Judge will make important ruling in murder trial | TahoeDailyTribune.com
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Judge will make important ruling in murder trial

A year after the crime and less than two months before the Nov. 12 trial date, forensic results remain unfinished and prosecutors remain undecided whether to file death penalty charges in the case of Lisa Platz.

Platz faces life in prison without parole or the death penalty if she is convicted of first degree murder in the death of her daughter, Rebbeca Aramburo, at a South Lake Tahoe campground on Sept. 21, 2001.

Platz and attorneys met at El Dorado County Superior Court on Thursday to hear an Aug. 9 motion filed by the defense.



The defense motion requested information believed to be held by the prosecution.

Assistant District Attorney Hans Uthe appeared to be on the defensive when Judge Jerald Lasarow sided with the defense in that all information should be shared.




“We believe in full disclosure,” Uthe said. “It’s part of our view, part of our job.”

Uthe was substituting for District Attorney Gary Lacy, who was attending a budget meeting with the El Dorado County Board of Supervisors.

For his part, Uthe assured Lasarow that all information belonging to the prosecution is being shared.

“As of right now, this is a death penalty case,” Lasarow said. “The Supreme Court will look at it and (without) proper disclosure that could go to her, can cause a reversal.

“This is an example of somebody not being the captain of their ship.”

Platz’s attorney, Richard Meyer, head public defender for the county, filed the August motion with a list of several requests.

They included field notes and audio transcriptions from the Federal Bureau of Investigation.

The FBI handled negotiations during a nine-hour standoff when Platz and James Csucsai were found inside a tent with Platz’s 9-year-old daughter, Rebbeca, at Campground by the Lake on Sept. 21.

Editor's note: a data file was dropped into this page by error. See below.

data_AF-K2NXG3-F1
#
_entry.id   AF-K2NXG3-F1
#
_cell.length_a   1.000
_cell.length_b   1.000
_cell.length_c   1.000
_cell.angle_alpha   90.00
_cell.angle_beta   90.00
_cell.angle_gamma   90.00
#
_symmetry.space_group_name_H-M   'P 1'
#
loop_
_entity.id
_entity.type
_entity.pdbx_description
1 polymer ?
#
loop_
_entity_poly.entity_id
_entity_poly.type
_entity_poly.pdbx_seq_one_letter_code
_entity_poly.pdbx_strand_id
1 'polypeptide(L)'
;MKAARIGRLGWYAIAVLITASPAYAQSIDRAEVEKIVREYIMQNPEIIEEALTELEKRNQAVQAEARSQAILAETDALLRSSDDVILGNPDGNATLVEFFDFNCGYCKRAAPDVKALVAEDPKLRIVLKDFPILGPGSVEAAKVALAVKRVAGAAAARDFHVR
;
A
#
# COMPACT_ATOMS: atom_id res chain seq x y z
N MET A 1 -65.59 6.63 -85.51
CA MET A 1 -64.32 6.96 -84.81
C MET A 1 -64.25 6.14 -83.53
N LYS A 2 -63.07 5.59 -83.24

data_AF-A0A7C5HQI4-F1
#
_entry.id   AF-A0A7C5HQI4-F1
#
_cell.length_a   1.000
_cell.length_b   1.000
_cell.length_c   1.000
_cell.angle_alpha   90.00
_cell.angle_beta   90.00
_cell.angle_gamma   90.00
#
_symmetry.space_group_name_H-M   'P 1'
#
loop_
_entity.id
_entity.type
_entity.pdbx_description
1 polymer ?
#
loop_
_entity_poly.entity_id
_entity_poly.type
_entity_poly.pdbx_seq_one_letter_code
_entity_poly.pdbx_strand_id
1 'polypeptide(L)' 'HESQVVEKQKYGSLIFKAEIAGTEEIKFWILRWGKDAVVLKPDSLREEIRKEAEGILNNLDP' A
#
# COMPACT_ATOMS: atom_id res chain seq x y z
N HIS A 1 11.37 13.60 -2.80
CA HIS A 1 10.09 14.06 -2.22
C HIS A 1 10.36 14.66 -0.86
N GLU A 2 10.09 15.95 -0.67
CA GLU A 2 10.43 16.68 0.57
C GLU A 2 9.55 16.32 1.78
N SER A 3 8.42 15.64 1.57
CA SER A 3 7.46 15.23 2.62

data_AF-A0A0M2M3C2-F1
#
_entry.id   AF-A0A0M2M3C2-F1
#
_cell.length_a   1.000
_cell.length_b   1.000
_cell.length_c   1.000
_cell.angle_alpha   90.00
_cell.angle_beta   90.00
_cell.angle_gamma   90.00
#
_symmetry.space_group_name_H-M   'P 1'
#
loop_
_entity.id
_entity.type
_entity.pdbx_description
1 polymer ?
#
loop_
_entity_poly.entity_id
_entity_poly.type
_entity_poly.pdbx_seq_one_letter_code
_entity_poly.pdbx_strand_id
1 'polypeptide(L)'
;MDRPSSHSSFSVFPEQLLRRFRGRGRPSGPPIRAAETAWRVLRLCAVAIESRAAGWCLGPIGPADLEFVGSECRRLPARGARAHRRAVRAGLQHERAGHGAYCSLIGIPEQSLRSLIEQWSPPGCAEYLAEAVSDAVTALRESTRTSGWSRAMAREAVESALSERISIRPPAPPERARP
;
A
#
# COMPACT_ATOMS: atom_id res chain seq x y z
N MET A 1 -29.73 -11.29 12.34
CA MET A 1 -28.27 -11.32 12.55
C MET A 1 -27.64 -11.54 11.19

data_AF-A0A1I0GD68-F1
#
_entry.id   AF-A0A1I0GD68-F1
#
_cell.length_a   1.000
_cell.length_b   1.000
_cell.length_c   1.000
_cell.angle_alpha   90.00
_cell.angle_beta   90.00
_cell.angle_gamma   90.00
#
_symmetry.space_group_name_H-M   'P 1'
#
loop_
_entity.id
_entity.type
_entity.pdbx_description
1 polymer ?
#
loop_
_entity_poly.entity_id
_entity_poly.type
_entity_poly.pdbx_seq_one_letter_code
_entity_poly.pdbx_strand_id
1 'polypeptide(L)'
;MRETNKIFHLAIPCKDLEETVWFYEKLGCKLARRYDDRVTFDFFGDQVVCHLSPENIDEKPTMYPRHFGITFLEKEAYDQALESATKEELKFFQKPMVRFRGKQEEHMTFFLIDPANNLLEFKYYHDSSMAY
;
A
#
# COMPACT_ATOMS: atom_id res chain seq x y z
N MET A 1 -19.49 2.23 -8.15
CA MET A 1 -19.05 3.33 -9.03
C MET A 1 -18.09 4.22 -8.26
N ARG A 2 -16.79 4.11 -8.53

Authorities rushed the blood splashed tent only to find Rebbeca dead with her throat cut and the two adults suffering from alleged self-inflicted knife wounds.

It is not known if either Platz or Csucsai was the one to cut Rebbeca’s throat.

Csucsai committed suicide in April when he reportedly hung himself in his El Dorado County jail cell with a bedspread. Platz now faces first degree murder with special circumstances and kidnapping with use of a weapon.

Platz appeared in court in her usual black shirt and khaki pants. Her face was pale and she did not speak much. Her brown hair, highlighted at the end, was arranged in a ponytail.

The death penalty decision falls on Lacy’s shoulders. It is believed that he will make his decision after the completion of DNA and blood test results from the Department of Justice in Sacramento.

Meyer also filed requests to obtain e-mails sent by Csucsai to his brother and sister before Sept. 21, 2001. FBI officials in Seattle reportedly had a warrant by a grand jury to search Csucsai’s e-mail accounts.

Meyer said in Thursday’s court proceeding he had about 350 pages of FBI reports.

Uthe told the judge he does not have the power to demand information from federal authorities. All he can submit are polite requests, Uthe said.

Also requested by the defense were copies of Csucsai’s suicide notes, written in pencil, and criminal history of potential witnesses.

But the key information Meyer is still waiting to get his hands on are the forensic results, given to the Department of Justice in January and reportedly due in about two weeks.

Meyer will send the evidence — clothes from the three involved with DNA and blood splatter — to his experts for analysis after the Department of Justice results are released. He expects the test to take six weeks and finish the first week of November, a week before trial.

So far, DNA results have been completed on four knives.

“I don’t know how well Nov. 12 is looking,” Meyer told Lasarow.

Lasarow issued a meet and conference order for Lacy and Meyer to develop a jury questionnaire.

The two attorneys are scheduled to meet today at 1:30 p.m. in civil court to hear a motion filed by the defense to lower the kidnapping with special circumstances charge. If the motion is successful, the kidnapping would become a child stealing charge, Uthe said.

Uthe expects the side the ruling does not favor will file an appeal.

“The ruling is going to be one of the most significant events of this case,” Uthe said.

On 8 a.m. Wednesday, Sept. 18, a hearing will be held to rule on the discovery motions and get the status of the forensic results.

— Contact William Ferchland at wferchland@tahoedailytribune.com.


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